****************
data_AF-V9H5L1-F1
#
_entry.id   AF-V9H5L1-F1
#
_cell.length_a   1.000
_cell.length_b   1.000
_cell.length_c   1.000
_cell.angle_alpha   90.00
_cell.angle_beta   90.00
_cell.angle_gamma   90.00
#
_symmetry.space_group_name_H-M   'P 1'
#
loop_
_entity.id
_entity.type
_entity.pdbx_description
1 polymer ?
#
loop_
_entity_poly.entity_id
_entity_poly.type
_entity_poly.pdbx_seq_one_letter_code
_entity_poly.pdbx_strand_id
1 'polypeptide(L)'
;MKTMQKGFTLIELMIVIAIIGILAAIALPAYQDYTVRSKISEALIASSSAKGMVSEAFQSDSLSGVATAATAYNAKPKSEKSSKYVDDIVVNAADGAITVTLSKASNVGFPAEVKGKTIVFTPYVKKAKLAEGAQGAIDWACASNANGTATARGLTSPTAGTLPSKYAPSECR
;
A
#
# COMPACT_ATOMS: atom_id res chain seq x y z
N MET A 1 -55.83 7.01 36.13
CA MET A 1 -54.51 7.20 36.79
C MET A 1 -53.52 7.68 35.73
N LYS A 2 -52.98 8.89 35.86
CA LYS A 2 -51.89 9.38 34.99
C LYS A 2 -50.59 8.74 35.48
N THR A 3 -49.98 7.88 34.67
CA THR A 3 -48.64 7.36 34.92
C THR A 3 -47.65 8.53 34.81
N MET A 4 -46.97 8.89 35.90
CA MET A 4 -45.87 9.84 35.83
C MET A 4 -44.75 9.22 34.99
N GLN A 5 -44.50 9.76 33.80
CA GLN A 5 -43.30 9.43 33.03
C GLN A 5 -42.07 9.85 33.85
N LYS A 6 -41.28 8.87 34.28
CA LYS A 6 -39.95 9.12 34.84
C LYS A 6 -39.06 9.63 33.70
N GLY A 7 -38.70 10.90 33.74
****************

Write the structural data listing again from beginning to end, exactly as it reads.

data_AF-V9H5L1-F1
#
_entry.id   AF-V9H5L1-F1
#
_cell.length_a   1.000
_cell.length_b   1.000
_cell.length_c   1.000
_cell.angle_alpha   90.00
_cell.angle_beta   90.00
_cell.angle_gamma   90.00
#
_symmetry.space_group_name_H-M   'P 1'
#
loop_
_entity.id
_entity.type
_entity.pdbx_description
1 polymer ?
#
loop_
_entity_poly.entity_id
_entity_poly.type
_entity_poly.pdbx_seq_one_letter_code
_entity_poly.pdbx_strand_id
1 'polypeptide(L)'
;MKTMQKGFTLIELMIVIAIIGILAAIALPAYQDYTVRSKISEALIASSSAKGMVSEAFQSDSLSGVATAATAYNAKPKSEKSSKYVDDIVVNAADGAITVTLSKASNVGFPAEVKGKTIVFTPYVKKAKLAEGAQGAIDWACASNANGTATARGLTSPTAGTLPSKYAPSECR
;
A
#
# COMPACT_ATOMS: atom_id res chain seq x y z
N MET A 1 -55.83 7.01 36.13
CA MET A 1 -54.51 7.20 36.79
C MET A 1 -53.52 7.68 35.73
N LYS A 2 -52.98 8.89 35.86
CA LYS A 2 -51.89 9.38 34.99
C LYS A 2 -50.59 8.74 35.48
N THR A 3 -49.98 7.88 34.67
CA THR A 3 -48.64 7.36 34.92
C THR A 3 -47.65 8.53 34.81
N MET A 4 -46.97 8.89 35.90
CA MET A 4 -45.87 9.84 35.83
C MET A 4 -44.75 9.22 34.99
N GLN A 5 -44.50 9.76 33.80
CA GLN A 5 -43.30 9.43 33.03
C GLN A 5 -42.07 9.85 33.85
N LYS A 6 -41.28 8.87 34.28
CA LYS A 6 -39.95 9.12 34.84
C LYS A 6 -39.06 9.63 33.70
N GLY A 7 -38.70 10.90 33.74